same field of carnage ended the lives of Col. Levi B. Smith
, of the Twenty-seventh Georgia, and Lieut.-Col. J. M. Newton
and the modest and heroic Maj. P. Tracy
, of the Sixth. ‘The lamented Capt. W. F. Plane
, of the same regiment,’ said Hill
, ‘deserved special mention.
Of him it could be truly said that he shrank from no danger, no fatigue and no exposure.
Maj. Robert S. Smith
, Fourth Georgia, fell fighting most heroically.
He had received a military education and gave promise of eminence in his profession.’
Capt. N. J. Garrison
, commanding the Twenty-eighth; Lieut.-Col. C. T. Zachry
, Twenty-seventh; Lieut.-Col. E. F. Best
and Maj. J. H. Huggins
, Twenty-third, were severely wounded—and Lieut. R. P. Jordan
, acting assistant adjutant-general
's brigade, fell in the course of gallant service.
Further south on the line, standing between the village of Sharpsburg
and the southernmost bridge on the Antietam
, was the division of D. R. Jones
, six brigades but only 2,430 men, to whom fell the duty of holding back Burnside
's corps of the United States army. General Toombs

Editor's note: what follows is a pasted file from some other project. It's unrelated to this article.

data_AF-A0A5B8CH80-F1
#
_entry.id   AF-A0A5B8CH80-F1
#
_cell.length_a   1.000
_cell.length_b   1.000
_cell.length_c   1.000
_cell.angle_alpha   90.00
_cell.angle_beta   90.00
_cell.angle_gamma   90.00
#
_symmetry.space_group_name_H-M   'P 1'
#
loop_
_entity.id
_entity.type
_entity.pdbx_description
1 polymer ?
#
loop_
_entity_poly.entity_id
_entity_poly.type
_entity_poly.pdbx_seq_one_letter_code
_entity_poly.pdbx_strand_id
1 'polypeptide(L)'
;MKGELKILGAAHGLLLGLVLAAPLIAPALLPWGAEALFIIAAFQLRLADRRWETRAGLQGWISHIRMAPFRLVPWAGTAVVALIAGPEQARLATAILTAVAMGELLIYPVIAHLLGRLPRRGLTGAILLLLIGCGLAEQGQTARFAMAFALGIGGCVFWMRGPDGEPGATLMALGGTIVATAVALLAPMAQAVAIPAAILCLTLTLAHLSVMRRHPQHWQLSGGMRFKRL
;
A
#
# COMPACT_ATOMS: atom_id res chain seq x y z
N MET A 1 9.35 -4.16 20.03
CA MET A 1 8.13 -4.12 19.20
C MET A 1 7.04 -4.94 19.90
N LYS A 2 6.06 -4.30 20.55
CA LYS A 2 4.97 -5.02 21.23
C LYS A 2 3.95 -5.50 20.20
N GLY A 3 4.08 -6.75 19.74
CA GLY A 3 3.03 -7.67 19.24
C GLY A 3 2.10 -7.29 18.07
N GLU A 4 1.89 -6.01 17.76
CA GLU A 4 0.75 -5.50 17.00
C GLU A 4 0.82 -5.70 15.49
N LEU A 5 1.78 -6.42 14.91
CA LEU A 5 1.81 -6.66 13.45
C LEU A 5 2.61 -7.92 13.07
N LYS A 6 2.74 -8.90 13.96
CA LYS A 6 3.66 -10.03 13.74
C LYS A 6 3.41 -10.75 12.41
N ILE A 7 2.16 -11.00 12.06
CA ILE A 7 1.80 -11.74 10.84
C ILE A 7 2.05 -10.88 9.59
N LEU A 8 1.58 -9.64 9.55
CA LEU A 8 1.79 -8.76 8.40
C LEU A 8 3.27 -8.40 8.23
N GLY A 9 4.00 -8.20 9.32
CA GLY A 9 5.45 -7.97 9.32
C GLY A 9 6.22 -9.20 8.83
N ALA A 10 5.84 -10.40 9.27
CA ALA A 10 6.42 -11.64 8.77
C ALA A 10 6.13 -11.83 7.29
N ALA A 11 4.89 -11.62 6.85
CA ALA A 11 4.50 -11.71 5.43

was ordered to defend the bridge with the Second and Twentieth Georgia regiments, Col. John B. Cumming
and Lieutenant-Colonel Holmes
, and the Fiftieth, about 100 strong, under Lieut.-Col. F. Kearse
had an excellent position, and with 400 Georgians performed one of the most important military feats of the four years war, holding the bridge against Burnside
's corps, or as much of it as could advance to the attack.
In Gen. R. E. Lee
's detailed report of the battle, the only regiments mentioned by name are Cooke
's North Carolina regiment, who held their ground without ammunition in the center, and the Second and Twentieth Georgia, who defended the bridge under command of Toombs
Between 9 and 10 o'clock in the morning, after a fierce cannonading, the enemy made an attempt to carry the bridge by assault, but was repulsed with great slaughter, and up to 1 o'clock made four other